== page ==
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Best Of

  • Re: Errol Morris on How Typography Shapes Our Perception Of Truth

  • Re: Wagashi: Humanist (?) Sans Critique Request

    Hi Harry,

    TBH, I think you have to start with learning the basics of type (design) first. This simply will cost you a number of years, and then you’re not immediately a type designer still. I know the route; I got my first lesson from Gerrit Noordzij in 1978 at the KABK, and are lecturing type design since 1987 there (I’m actually the longest serving lecturer at the Royal Academy).

    I consider it extremely friendly of other list members that they start pointing at details here, but when basic skills and knowledge are missing, this will become labor of Sisyphus IMHO.
  • Re: Technical Trivial Facts (.ttf)



    Until the late 19th century it was common practice at typographic meetings  –for education and enjoyment– to visualize optical aspects of type design on stage. A highly popular act was the one by the TypoTwins. The two brothers (the delivery interval between them had been less than 15 minutes) shared exactly the same height, but the bolder one looked a bit shorter due to a lack of some extra vertical overshoot.
  • Re: Proper way of designing the “@” symbol

    Indra, true. Those pages I linked don’t show accurately compare recent releases. A search by design date (rather than MyFonts appearance date) gives a better idea of how consistent each foundry is. The difference isn’t as great as I thought, but it’s still there. Since 2005:
    • 7 of 8 (88%) Adobe Latin families have @ aligned with lowercase
      Kinesis 3, a revision of an older design, is the only outlier.
    • 28/35 (80%) Font Bureau families
    • 59/70 (84%) FontFont families
    • 85/107 (79%) Linotype families
    • 20/30 (67%) Monotype families
  • Re: Type Releases feed

    I think the idea was that this site is focused primarily on discussions, and while we have no issue with new release announcements, promotion should not be part of the main feed.

    Please keep it this way. This is a place for discussions, not promotion. Promotion can be found anywhere else, good discussions are harder to find. :smile: 
  • Re: Monotype stock takes a tumble

    Could be that sales of Helvetica are cutting into sales of Helvetica.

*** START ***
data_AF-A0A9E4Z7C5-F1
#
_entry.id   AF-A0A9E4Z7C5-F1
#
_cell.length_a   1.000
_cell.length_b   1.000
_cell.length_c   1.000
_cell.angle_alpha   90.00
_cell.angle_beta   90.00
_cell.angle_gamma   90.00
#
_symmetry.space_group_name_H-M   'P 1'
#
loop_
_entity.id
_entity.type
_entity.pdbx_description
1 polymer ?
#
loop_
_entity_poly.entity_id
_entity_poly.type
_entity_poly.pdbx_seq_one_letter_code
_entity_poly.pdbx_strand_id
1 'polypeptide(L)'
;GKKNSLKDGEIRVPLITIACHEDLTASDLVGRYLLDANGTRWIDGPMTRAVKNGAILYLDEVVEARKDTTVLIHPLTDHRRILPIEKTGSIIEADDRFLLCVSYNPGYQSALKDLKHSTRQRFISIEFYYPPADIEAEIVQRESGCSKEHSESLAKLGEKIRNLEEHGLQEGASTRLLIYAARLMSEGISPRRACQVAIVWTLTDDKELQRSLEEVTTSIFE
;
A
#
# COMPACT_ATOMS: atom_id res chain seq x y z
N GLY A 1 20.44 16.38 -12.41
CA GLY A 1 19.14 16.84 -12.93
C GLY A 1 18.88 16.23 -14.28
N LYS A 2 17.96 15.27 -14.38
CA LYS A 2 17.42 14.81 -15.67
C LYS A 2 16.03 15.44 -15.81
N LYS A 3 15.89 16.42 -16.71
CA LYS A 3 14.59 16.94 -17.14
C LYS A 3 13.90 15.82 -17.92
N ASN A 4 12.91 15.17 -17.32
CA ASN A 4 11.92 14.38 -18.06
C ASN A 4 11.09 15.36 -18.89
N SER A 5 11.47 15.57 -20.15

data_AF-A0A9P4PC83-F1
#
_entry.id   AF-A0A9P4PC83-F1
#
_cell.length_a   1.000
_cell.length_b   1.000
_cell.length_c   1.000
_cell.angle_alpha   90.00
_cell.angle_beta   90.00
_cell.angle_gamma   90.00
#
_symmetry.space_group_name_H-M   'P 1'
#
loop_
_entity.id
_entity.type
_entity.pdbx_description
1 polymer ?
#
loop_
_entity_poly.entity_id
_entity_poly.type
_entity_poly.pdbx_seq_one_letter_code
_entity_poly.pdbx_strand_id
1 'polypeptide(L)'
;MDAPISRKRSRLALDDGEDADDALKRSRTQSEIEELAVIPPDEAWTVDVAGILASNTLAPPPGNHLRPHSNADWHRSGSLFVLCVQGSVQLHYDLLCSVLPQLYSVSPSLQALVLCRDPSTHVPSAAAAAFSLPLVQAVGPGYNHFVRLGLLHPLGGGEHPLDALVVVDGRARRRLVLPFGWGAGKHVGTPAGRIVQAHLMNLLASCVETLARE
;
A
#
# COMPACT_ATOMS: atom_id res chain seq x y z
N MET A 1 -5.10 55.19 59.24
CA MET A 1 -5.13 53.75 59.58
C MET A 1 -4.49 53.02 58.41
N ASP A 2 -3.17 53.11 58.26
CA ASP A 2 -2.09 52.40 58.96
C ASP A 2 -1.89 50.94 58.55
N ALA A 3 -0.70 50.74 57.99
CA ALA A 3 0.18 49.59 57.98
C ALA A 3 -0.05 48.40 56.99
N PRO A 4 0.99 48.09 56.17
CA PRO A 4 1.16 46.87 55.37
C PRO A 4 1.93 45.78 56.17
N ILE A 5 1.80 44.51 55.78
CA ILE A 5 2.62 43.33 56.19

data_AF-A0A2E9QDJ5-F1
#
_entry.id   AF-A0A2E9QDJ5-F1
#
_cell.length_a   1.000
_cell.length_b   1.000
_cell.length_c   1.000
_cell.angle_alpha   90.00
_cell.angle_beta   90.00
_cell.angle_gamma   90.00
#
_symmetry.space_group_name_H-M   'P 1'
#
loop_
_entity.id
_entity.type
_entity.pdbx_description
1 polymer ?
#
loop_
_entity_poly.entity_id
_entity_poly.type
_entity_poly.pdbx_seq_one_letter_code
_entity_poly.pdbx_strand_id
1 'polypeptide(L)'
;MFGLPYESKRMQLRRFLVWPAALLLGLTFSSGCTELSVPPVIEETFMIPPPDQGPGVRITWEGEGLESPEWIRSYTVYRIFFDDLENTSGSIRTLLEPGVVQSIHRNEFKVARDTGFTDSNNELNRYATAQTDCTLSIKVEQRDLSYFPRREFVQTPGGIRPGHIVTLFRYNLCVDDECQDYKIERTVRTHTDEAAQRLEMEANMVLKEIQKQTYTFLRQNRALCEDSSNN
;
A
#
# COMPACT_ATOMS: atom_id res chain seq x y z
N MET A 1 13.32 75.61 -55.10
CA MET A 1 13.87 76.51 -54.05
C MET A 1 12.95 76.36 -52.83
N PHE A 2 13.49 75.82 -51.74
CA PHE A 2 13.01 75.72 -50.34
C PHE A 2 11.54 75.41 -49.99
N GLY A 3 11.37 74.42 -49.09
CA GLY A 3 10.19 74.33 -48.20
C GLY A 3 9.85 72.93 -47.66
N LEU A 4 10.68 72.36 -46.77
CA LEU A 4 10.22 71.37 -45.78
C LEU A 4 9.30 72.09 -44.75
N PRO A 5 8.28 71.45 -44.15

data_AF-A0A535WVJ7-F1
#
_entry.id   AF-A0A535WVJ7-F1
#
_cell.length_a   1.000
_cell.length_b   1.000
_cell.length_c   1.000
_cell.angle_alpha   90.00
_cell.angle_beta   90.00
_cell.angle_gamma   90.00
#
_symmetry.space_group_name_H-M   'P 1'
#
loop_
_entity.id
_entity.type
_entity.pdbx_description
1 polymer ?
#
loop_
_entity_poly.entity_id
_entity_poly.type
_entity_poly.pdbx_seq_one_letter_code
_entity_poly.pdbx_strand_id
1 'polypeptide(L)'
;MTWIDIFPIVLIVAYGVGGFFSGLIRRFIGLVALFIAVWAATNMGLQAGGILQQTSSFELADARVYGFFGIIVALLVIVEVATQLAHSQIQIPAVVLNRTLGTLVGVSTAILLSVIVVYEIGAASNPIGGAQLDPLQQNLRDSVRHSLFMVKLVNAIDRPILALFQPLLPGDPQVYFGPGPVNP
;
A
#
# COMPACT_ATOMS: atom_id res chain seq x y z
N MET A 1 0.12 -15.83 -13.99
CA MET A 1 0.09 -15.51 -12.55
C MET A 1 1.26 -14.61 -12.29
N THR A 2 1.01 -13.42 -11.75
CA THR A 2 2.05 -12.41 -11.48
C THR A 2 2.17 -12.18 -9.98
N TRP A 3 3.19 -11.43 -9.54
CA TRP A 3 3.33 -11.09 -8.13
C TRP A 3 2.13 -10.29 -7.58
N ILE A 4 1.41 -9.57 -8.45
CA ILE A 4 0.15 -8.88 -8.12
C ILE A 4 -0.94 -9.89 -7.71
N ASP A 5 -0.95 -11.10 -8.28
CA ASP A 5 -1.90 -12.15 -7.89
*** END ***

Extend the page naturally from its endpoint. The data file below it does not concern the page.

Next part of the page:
• Re: License Violation

    Makes me wonder why the museum selected this typeface in the first place. By doing this, they basically have proven the opposite.
    I've been hearing the 'not sufficiently distinctive so not protectable' argument for more than twenty years now, so I'll say here what I said on the comp.fonts Usenet group in 1994:

    As soon as someone chooses to use one typeface over another, he or she has acknowledged its distinctiveness and also the value of that distinctiveness. To then claim that there is no distinctiveness and no value is disingenuous.
  • Chuck Bigelow On The Scientific Research Into Typefaces For Dyslexic

    I myself have been skeptical about these kinds of typefaces, and I thought this article by Chuck Bigelow was great:

    http://bigelowandholmes.typepad.com/bigelow-holmes/2014/11/typography-dyslexia.html

  • Re: Technical Trivial Facts (.ttf)



    At around the same time the musical High Contrast Society had its premiere on Broadsheet. Starring Frank E. and Bing Crossbar it’s about the established top segment of the type industry, focusing on more down-to-earth matters like Black Tie vs. White Tie.
  • Re: Font editor of choice??

    Göran, I've been evaluating Glyphs 2.0 lately (and the beta some before that), and I'm very pleasantly surprised. I said three years ago that I was going to try both RoboFont and Glyphs, but I was so taken with RoboFont that I never got around to giving Glyphs a serious try. Now I have, and, although I'm not going to abandon RoboFont and my other UFO-based tools (they can do a lot of useful and amazing things), I will probably switch to Glyphs as my main production tool.

    The built-in TTF hinting was one of the things that got my attention because, until now, none of the TTF hinting workflows that I've seen was very practical to me, mainly because the TTF hinting was towards the end of the production process and necessitated forking my font data into separate OTF and TTF production files at some point. I really hate having multiple sets of source files. Glyphs lets you do the TTF hinting very early in the design on the interpolation masters and before removing overlaps! This is huge, because it means means the hinting becomes part of the design process, and the burden of manual hinting (when it is necessary) becomes much more manageable. (It's very much in line with what Petr van Blokland spoke about three years ago at Robothon.)

    So far, I am pleased with the hinting results I'm getting on Windows. Testing does require moving the TTFs to a Windows machine (VMWare in my case), but it only takes a few seconds to see a preview for each new itteration.

    Aside from that, Glyphs 2.0 has other advantages that are making me take it seriously:
    • Speed
    • Much smaller, fewer, and more manageable data files which means it will be practical to use it with things like Dropbox. (Example: 24 font family: 6 interpolation master UFOs + 24 instance UFO files totaling 160MB vs 1 Glyphs file totaling 2.5MB, plus each UFO is actually a folder containing hundreds or thousands of .glif files)
    • More focussed and integrated UI
    • A much simpler workflow than anything else I've used, which lets me focus on design
    • Although it's not as seamlessly integrated as it is with RoboFont, I can still do my kerning in MetricsMachine
    It does have it's quirks and annoyances, but I'm very impressed.